A quick stroll through the market and one observes many vendors selling similar items. I counted more than 30 rice vendors and more than 70 vegetable vendors. A more careful observation will reveal that most vendors have similar prices. What attracts a customer to a specific vendor? How do price and quality compare to the personal relationship between vendor and customer? This paper attempts to shed more light on the underlying social behavior exhibited by customers, vendors and employees that support the overt economic success of the public market.

2. Methodology

My ethnography began in July 2016 and my observations lasted until February 2017. My sister-in-law, Leanora, who had been working at the market for more than 25 years, first assisting her mom selling flowers, and now as a manicurist, introduced me to several vendors who agreed to allow me to observe their daily operations. Her introductions paved the way for me to build rapport with the vendors and to observe their most personal interactions, both financial and personal. Depending on the configuration and size of each stall, I either observed from behind the counter, near the owner, or from just outside the stall, but close enough to understand each transaction.

I approached this study with an interpretive method to qualitatively and subjectively analyze each observation setting and the information and social behavior divulged by my informants (the owner and employees) and customers. I focused my attention on the interactions and relationships between the following: 1) vendor and employee; 2) vendor and customer; 3) employee and customer; and, 4) the interactions between employees. Some vendors also patronize each other. There are a small number of vendors who purchase large quantities of products wholesale and provide discounted prices to the smaller vendors in the market.

This research reflects my observations for more than six months of five different vendors: rice; animal feed; produce; and, fish. I rotated vendors every few weeks, observing for 4 to 6 hours per day, 4 to 5 days a week.


Kinship provides the fundamental structure for consanguineal and fictive groups (Sahlins 2013) [2] . It creates social rules and boundaries for marriage and procreation, cooperation, exchange, reciprocation and obligations. From one’s role and status in the home to expectations outside the home in social and financial situations, most of one’s life is structured according to one’s kin.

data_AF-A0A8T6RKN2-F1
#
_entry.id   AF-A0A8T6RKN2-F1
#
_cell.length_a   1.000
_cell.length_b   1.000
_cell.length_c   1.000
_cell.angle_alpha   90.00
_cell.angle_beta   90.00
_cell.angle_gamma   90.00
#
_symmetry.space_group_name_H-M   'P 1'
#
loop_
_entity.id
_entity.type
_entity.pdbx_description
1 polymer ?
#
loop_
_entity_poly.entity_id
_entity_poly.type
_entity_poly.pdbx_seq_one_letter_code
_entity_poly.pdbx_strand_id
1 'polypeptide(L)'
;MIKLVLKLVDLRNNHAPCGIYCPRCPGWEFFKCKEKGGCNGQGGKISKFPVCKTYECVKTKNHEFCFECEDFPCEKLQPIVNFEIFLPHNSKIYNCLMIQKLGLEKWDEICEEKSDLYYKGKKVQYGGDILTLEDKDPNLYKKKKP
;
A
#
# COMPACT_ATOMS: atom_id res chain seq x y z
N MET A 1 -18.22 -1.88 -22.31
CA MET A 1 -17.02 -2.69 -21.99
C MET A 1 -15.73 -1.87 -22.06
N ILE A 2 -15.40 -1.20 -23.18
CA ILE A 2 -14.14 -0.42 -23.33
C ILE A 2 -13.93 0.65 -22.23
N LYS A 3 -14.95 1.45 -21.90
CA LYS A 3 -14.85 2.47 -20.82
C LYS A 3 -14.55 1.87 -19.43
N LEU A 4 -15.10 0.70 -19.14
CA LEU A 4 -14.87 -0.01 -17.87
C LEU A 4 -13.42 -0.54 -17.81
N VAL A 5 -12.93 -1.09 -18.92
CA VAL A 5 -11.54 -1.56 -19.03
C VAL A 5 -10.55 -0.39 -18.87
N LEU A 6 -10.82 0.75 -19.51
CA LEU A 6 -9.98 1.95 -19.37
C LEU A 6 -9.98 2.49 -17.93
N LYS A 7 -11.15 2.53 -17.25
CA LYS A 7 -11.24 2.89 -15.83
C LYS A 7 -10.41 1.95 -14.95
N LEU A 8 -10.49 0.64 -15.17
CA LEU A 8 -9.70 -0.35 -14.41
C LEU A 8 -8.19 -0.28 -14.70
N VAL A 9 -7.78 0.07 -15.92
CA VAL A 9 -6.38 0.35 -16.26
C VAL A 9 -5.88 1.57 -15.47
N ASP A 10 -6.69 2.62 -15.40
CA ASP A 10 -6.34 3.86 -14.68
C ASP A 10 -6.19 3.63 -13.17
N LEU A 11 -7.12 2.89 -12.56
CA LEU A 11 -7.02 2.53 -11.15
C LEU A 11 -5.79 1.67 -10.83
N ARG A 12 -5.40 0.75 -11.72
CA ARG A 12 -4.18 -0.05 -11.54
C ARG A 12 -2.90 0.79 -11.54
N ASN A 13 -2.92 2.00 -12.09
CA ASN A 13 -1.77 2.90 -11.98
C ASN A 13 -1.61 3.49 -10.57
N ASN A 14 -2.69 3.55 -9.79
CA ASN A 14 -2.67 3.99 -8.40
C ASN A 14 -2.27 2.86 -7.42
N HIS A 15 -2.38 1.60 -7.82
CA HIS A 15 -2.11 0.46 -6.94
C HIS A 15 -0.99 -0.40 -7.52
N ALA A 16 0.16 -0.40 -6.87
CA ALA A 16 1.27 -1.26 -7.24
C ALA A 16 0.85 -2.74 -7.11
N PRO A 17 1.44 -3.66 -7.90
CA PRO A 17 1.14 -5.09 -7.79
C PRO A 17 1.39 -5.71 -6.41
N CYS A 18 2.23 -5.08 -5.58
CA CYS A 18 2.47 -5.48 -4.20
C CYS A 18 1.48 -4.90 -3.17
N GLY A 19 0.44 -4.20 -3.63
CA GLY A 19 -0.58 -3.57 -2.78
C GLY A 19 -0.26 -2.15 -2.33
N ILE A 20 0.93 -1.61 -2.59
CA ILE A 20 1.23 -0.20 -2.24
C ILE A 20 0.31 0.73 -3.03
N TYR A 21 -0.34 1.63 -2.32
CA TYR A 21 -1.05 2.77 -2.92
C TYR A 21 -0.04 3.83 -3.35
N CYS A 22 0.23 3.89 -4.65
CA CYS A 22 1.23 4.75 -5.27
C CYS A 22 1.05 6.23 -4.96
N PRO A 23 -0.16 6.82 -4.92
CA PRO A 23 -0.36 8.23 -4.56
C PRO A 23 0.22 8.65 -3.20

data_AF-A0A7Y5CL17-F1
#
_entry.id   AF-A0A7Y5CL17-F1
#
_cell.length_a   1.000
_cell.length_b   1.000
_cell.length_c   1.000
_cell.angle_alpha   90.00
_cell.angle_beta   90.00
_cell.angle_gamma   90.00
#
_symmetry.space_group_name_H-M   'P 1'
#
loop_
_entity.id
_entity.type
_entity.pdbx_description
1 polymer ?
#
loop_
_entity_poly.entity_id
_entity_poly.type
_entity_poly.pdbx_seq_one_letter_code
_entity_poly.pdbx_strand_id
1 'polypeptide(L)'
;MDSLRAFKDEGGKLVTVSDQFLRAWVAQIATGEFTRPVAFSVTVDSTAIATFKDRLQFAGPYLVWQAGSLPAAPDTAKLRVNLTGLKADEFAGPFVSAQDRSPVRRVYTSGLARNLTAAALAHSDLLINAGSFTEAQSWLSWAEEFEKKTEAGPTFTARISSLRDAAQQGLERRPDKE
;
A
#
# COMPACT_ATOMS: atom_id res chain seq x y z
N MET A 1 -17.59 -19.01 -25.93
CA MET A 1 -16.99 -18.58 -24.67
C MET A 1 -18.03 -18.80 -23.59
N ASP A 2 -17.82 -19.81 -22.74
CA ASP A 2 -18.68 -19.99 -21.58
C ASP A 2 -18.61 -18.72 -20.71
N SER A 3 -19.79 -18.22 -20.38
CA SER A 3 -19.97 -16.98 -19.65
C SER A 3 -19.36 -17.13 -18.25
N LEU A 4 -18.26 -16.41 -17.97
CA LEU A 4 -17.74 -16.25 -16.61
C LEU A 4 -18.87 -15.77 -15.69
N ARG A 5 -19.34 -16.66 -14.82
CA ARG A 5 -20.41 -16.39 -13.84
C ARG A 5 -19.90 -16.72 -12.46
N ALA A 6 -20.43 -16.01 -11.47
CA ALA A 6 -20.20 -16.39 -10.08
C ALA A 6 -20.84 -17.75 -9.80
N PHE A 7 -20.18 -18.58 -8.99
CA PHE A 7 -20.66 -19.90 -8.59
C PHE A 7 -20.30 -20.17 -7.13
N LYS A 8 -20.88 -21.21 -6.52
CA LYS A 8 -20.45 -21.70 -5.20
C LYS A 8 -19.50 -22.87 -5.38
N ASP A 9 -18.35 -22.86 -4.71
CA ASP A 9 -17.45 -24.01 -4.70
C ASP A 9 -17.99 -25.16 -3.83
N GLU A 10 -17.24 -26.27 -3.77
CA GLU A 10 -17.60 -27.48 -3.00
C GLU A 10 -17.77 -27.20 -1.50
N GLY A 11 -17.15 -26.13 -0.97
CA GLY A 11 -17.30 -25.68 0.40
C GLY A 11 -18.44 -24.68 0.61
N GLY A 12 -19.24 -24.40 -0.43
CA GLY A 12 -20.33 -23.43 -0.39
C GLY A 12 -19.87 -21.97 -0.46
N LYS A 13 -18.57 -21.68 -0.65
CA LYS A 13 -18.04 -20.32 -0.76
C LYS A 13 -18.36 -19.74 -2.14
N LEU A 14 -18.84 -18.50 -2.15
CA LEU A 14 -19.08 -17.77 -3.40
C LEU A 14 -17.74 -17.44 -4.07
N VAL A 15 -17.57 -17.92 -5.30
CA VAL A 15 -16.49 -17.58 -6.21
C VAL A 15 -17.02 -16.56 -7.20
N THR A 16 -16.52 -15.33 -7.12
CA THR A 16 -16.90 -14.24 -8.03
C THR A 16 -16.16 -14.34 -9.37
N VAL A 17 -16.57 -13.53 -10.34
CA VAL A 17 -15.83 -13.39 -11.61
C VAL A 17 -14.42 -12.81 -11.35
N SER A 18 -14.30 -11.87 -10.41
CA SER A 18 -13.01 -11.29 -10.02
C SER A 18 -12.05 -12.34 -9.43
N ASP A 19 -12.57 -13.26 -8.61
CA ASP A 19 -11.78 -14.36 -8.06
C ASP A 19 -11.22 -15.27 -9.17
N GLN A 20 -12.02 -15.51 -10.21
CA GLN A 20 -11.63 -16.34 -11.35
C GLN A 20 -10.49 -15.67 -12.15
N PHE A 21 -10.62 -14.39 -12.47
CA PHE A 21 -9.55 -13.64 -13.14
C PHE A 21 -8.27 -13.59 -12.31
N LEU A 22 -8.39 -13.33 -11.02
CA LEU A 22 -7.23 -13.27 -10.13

Family ties were strong in the market. Most vendors I patronized, in addition to my informants, had at least one immediate family member assisting in some capacity. Extended kinship ties were strong, too. Many vendors, including some of my informants, had cousins, aunts, uncles, nieces and nephews who owned and operated other stalls in the market. They purchased from one another and provided social support. Fictive kin ties also strengthen economic and social ties.

Whereas economists would study a public market for its deliberate commodified exchange of money for goods and services, supply and demand, profit and loss, the social scientist observes the market for what the exchange of money symbolizes, its personal relationships, money’s symbolism and is shaped by its social relationships (Baker 1992) [3] . This ethnography explores the embedded personal relationships vis a-vis its structural and functional roles of gender, social hierarchy, as determinants of kinship ties.

The anthropological analysis of social relationships in market economies dates back nearly a century when Bronislaw Malinowski and Marcel Mauss introduced readers to the motivations for gifts and reciprocal exchange1. More recently, in his book Gifts and Commodities, Christopher Gregory proposed that the commodity exchange is a quantitative relationship with few social consequences while the gift exchange is qualitative relationship that has lasting obligations (Gregory 1982) [4] . Although Gregory contrasted the capitalist market (commodity exchange) with a reciprocal exchange of gifts between kin, I use his theoretical approach to shed light on the two main purchasing actors in the market, the occasional customer and the regular customer. Gregory presented the following traits to delineate between the commodity and gift exchange.

3. My Informants2